As we approach the fourth anniversary of the Independent Grocers Alliance's new National Digital Ad, we are speaking with retailers who have shifted a significant portion of their print advertising dollars into digital to see what their experience has been.
The National Digital Ad gives independent retailers access to technology that they would usually be priced out of, IGA CEO John Ross explains.
"We want our retailers to have the less expensive, more modern, and much more effective solution offered through digital advertising so they're getting more bang for their advertising buck, and more sales because of it," Ross says.
That solution includes:
A targeted local ad buy that reaches shoppers in your area in the online spaces they visit most
National and regional offers from CPGs like Coca-Cola, Mars Wrigley, Kellogg's, and more
The opportunity to add your local content, including videos, GIFs, local offers and products, events, and more
Retailers who engage with the National Digital Ad are quickly seeing the difference digital makes. "When switching from print to digital, the average increase in ad exposure is 73%," IGA Director of Digital and eCommerce Programs Sarah Rivers says. "And 27% of shoppers who see a store's digital circular end up coming to the store."
Rivers spoke to Marc Galland, owner of Pick-Rite Thriftway in Montesano, Washington, about his experience with the National Digital Ad. A single store operator, Galland shifted a large portion of his print advertising dollars to digital, reducing his cost and increasing his average basket size by 4% all while boosting customer count.
"Adding the reduction in cost to the basket increase, which happened over 2020 when we were at the peak of the pandemic with higher baskets and fewer trips, creates an even larger profit margin, making his results especially significant," Rivers explains.
Keep reading to learn more about his results, including nearly 130,000 August 2022 impressions and 600 store visits from the ad alone!
Pick-Rite Thriftway's Digital Experience
Sarah Rivers: Marc, tell me about your journey to go digital with your weekly ad. What were you doing with print and what made you decide to move into a digital format for your circular?
Marc Galland: We decided to go digital to make sure we reach all our customer base.
We used to insert about 8,000 copies of our print ad in our local newspaper each week. We saw a decline of the newspaper circulation about 10 years ago and decided to move to emailing our ad to our loyalty card members and post the ad on our website. We currently use a combination of the following advertising channels:
Rivers: What cost savings have you seen by removing most of your print ads and moving to a digital circular?
Our advertising expense is about 70% of what it was with inserting print in the newspaper.
We have used the rest of the budget for special events.
Rivers: What kind of results have you seen and how has the shopper response been?
Galland: When we dropped the print ad insert, we saw no drop in sales or customer count. In fact, within six months of starting the National Digital Ad, our customer count increased by 25% and by 32% within 9 months!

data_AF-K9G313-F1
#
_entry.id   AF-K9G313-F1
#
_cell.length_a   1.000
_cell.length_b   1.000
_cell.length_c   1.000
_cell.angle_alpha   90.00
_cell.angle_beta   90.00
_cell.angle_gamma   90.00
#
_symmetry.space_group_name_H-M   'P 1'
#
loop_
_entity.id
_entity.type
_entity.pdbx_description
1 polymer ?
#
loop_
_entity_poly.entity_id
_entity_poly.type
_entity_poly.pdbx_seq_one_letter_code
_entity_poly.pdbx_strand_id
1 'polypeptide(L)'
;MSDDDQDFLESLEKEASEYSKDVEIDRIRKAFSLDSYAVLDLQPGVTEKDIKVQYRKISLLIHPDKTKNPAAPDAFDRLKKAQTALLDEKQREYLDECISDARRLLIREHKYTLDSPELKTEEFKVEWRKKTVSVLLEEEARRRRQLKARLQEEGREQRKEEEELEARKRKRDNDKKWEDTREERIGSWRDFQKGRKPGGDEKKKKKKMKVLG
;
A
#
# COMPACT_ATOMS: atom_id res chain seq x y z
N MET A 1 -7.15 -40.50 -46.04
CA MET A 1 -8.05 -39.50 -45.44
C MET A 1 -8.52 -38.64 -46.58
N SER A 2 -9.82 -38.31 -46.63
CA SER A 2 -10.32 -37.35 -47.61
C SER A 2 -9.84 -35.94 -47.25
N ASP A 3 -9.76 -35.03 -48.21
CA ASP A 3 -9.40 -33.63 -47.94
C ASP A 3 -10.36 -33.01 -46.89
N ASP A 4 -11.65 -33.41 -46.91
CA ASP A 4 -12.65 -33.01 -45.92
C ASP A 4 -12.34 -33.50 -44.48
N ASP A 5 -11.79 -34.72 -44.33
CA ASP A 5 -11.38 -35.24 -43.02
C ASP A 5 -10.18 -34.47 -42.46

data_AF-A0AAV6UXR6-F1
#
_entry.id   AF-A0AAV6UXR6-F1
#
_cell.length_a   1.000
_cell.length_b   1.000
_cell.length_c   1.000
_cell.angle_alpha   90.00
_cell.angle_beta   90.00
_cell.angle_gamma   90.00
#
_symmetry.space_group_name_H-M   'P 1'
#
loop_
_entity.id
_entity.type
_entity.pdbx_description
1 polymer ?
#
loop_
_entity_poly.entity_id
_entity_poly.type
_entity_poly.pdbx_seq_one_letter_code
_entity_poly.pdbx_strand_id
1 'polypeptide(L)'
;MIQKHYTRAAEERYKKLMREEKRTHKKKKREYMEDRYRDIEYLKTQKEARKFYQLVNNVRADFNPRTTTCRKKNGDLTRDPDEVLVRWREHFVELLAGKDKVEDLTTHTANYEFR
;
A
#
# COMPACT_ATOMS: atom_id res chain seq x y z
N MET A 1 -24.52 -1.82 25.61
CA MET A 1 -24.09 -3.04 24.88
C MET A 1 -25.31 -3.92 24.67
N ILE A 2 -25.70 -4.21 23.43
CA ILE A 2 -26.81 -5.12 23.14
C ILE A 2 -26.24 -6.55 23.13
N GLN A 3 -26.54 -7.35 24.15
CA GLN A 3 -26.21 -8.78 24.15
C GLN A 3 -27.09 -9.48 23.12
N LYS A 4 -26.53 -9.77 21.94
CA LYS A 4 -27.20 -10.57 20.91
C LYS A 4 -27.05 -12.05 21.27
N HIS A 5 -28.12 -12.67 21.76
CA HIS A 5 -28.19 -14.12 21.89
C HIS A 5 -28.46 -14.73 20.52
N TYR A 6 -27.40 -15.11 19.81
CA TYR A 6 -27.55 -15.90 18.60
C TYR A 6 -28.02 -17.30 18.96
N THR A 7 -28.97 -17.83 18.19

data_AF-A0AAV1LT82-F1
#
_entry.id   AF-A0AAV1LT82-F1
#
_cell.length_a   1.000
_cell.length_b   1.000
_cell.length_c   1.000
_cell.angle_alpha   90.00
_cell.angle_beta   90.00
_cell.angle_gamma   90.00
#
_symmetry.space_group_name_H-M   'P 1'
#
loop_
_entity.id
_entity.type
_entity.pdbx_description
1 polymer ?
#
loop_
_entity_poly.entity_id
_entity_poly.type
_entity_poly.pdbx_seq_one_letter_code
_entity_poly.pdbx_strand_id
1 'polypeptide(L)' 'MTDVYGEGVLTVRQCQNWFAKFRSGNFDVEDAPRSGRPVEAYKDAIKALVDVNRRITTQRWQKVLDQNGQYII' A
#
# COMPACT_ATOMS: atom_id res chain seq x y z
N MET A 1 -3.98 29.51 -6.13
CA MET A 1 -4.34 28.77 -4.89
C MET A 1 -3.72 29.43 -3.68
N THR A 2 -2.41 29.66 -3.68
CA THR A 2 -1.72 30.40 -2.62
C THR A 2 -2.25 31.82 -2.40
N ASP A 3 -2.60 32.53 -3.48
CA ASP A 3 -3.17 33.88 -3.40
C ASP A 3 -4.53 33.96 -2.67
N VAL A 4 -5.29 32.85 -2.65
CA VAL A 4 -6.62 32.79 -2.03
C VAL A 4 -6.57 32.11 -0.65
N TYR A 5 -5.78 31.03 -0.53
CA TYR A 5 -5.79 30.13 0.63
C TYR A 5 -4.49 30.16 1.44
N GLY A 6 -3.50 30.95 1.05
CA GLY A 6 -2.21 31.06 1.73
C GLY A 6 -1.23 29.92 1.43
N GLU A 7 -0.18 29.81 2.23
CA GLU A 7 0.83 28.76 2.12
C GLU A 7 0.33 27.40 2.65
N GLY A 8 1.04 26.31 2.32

Customers not on our email list can pick up hard copy mailers in store the Monday before the ad breaks. This satisfied the older group with no computer access.
We also at times will boost our ad on Facebook. We send out emails and Facebook weekend specials on Thursdays. The younger generation does not get their information or news from print, they use their mobile devices. So, to attract them we need to be where they are. The customers find the digital ad easy to read and it works on most mobile devices.
Rivers: That's a great strategy with great results! It's important to note where that data comes from, too. We use cell phone data to create a geofence — a target area — around your store. We then distribute your ad to your target audience: adult homeowners who have shopped your store or your competitor’s stores within the past six months.
Our technology partner, Design House, delivers a custom report with detailed analytics, including ad and circular impressions, time spent on the ad, popular items, shared content, and more. And they just improved the reports to breakout the store visitation between new visits, infrequent visits, moderate visits, and frequent visits, which is a great addition and something stores should be interested in knowing.
Galland: The support from the IGA digital group is outstanding. When we were new to the program they helped guide us through to get the best results. Just let them know what you need, and they take care of it.
Pick-Rite Thriftway's August 2022 report: ad impressions reached over 126,738 people and they gained 564 visits from the ad.
"In most markets, print has fallen to such a low readership, it likely makes financial sense to give it up and move entirely to digital," Ross says, noting, "But in those few markets that still have a substantial print readership, moving some of your advertising spend into digital is an easy way to slowly wean yourself off of print dependency."
Another benefit? Retailers can quickly adjust the ad based on availability, which is a huge value-add during this time of supply chain instability. If an ad item wasn't on the delivery, retailers can remove it from the digital circular immediately. Alternatively, if there is an abundance of an item that needs to sell quickly, retailers can add it to the digital circular priced to sell.
Digital is the adaptable and affordable choice, and it's time to try it out. "Whether retailers choose IGA's National Digital Ad or through an alternative offered by their wholesaler, it doesn't matter as long as they're taking advantage of these benefits," Ross adds.